The attorneys with the Law Offices of Nay & Friedenberg explain the importance of funding a trust.
Once the goals of your living trust have been identified, your attorney drafts the trust document, and the trustor(s) and trustee(s) sign it. At this point, the trust is still an empty basket waiting to hold the trust assets.
You and your attorney should then review each of your assets individually, decide which assets should be owned by the trust, which beneficiary designations should be changed to the trust, and who will be responsible for making the transfers and changes. Once these decisions are made, ownership of all assets to be placed into the trust is changed to the name of the trustee and the proper beneficiary designations are made. This phase of establishing a trust is crucial to achieving the goals of the trust plan. An unfunded trust, or one improperly funded, will not do the job for which it was intended.
John and Sue have been married thirty years and have three healthy adult children, each married with two children. John and Sue consult an experienced attorney who assists with the identification of their goals for the trust and whose office drafts the trust agreement.
John and Sue are the trustors, the trustees, and the life beneficiaries. The three children are the death beneficiaries in equal shares, with the grandchildren taking the share of a child who dies before John and Sue. If a grandchild is to receive a share, that grandchild’s share will be held in further trust for the grandchild’s education until the grandchild reaches the age of 25.
After the trust agreement is signed, ownership of all of the assets of John and Sue are retitled as follows: “John Jones and Sue Jones, Trustees, Jones Family Trust.”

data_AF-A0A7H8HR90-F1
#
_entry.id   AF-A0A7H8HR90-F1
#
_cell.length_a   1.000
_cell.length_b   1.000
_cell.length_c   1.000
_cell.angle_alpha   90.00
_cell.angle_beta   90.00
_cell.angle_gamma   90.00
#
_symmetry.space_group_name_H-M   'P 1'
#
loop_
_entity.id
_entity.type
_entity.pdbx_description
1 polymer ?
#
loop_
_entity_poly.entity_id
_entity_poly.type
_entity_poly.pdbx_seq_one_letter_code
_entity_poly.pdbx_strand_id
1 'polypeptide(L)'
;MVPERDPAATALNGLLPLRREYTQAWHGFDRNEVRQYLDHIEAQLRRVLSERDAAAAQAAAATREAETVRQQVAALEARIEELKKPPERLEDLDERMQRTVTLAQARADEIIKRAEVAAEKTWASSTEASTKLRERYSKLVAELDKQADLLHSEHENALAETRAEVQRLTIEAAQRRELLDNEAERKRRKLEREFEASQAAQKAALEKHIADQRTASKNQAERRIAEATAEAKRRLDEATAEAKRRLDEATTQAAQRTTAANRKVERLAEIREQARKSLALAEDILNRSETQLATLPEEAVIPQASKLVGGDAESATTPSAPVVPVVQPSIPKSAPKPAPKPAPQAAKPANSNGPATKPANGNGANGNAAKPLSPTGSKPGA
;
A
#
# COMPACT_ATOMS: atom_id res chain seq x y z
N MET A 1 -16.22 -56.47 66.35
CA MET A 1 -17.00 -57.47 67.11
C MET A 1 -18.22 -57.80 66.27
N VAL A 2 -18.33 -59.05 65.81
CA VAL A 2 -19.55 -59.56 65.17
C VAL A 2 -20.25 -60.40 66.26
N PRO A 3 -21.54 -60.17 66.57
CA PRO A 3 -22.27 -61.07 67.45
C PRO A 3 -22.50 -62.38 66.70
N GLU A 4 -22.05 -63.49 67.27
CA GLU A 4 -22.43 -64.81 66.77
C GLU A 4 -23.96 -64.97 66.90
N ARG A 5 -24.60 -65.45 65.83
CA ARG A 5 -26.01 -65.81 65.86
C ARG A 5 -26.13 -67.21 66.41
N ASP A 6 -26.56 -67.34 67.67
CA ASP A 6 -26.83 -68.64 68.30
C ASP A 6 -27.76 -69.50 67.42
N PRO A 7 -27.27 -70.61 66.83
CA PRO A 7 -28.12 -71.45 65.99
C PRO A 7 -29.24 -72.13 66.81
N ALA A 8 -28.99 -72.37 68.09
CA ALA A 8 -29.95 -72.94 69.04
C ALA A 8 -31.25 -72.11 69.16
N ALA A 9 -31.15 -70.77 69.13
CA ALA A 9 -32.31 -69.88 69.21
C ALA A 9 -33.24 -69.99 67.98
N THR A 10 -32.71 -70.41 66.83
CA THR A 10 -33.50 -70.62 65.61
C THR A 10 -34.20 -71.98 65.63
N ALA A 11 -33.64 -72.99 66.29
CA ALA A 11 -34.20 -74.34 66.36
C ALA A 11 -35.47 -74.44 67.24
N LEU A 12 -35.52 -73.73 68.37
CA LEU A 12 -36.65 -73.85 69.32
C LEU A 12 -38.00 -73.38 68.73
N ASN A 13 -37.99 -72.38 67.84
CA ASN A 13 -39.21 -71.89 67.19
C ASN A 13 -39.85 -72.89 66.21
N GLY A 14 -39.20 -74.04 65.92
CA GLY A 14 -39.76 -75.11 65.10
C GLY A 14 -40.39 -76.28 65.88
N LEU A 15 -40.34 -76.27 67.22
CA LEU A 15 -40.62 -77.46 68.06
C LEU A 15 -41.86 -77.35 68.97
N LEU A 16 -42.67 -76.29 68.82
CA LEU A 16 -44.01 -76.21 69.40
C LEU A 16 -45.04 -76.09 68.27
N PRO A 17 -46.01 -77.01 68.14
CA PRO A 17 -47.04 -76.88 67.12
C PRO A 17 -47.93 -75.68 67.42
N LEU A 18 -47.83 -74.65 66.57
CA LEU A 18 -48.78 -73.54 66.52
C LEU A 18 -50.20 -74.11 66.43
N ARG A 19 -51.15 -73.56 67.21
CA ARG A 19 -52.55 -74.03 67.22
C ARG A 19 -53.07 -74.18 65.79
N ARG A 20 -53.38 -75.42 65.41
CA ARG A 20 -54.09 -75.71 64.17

Their three children are named as successor trustees in case John and Sue can no longer serve as trustees due to loss of mental capacity or death. In the years to come, John and Sue purchase new assets in their names as trustees.
John dies first. Sue remains as the sole trustee for several years after John’s death, then appoints the three children as successor trustees prior to her death.
When Sue dies, the children meet with the attorney who prepared the trust to address any complicating issues. A plan of trust distribution is created. The children pay the expenses of Sue’s last illness and funeral and the final bills accrued by Sue prior to her death. Within sixty days of Sue’s death, the children distribute the trust assets in equal shares to each of the three of them. The 3% to 10% of the estate that would have been consumed by a probate is instead distributed to the children.
At no time was the estate exposed to a court process, and legal fees were nominal. If Sue passes away in 2011 with over $5 million in her estate, her estate will owe federal estate tax. An estate in excess of $1 million (2011 figure) requires an Oregon inheritance tax return to be filed and will likely result in the estate paying state inheritance taxes.
In that case, the complicated issue of estate tax will require additional attorney and professional fees, but still no probate will be needed.
If John or Sue had lost mental capacity due to a stroke or an illness like Alzheimer’s disease, a legal conservatorship and its high on-going costs would have been prevented as well because the successor trustees could have easily assumed management of the trust assets in such a situation.
The living trust was the most flexible, private and, in the long run, inexpensive manner in which to implement John and Sue’s estate plan.
Because the trust was revocable and amendable, John and Sue experienced no change in tax reporting or increase in their taxation bracket.
If their estate goals had changed at any time, they could have easily amended their trust to fit the new situation.
This scenario is the usual result of establishing a living trust.
An experienced estate planning attorney makes all the difference in making sure you have all the proper documents to fit your needs. Contact the Estate Planning attorneys with the Law Offices of Nay & Friedenberg of Portland, Oregon at (503) 245-0894 to set an appointment.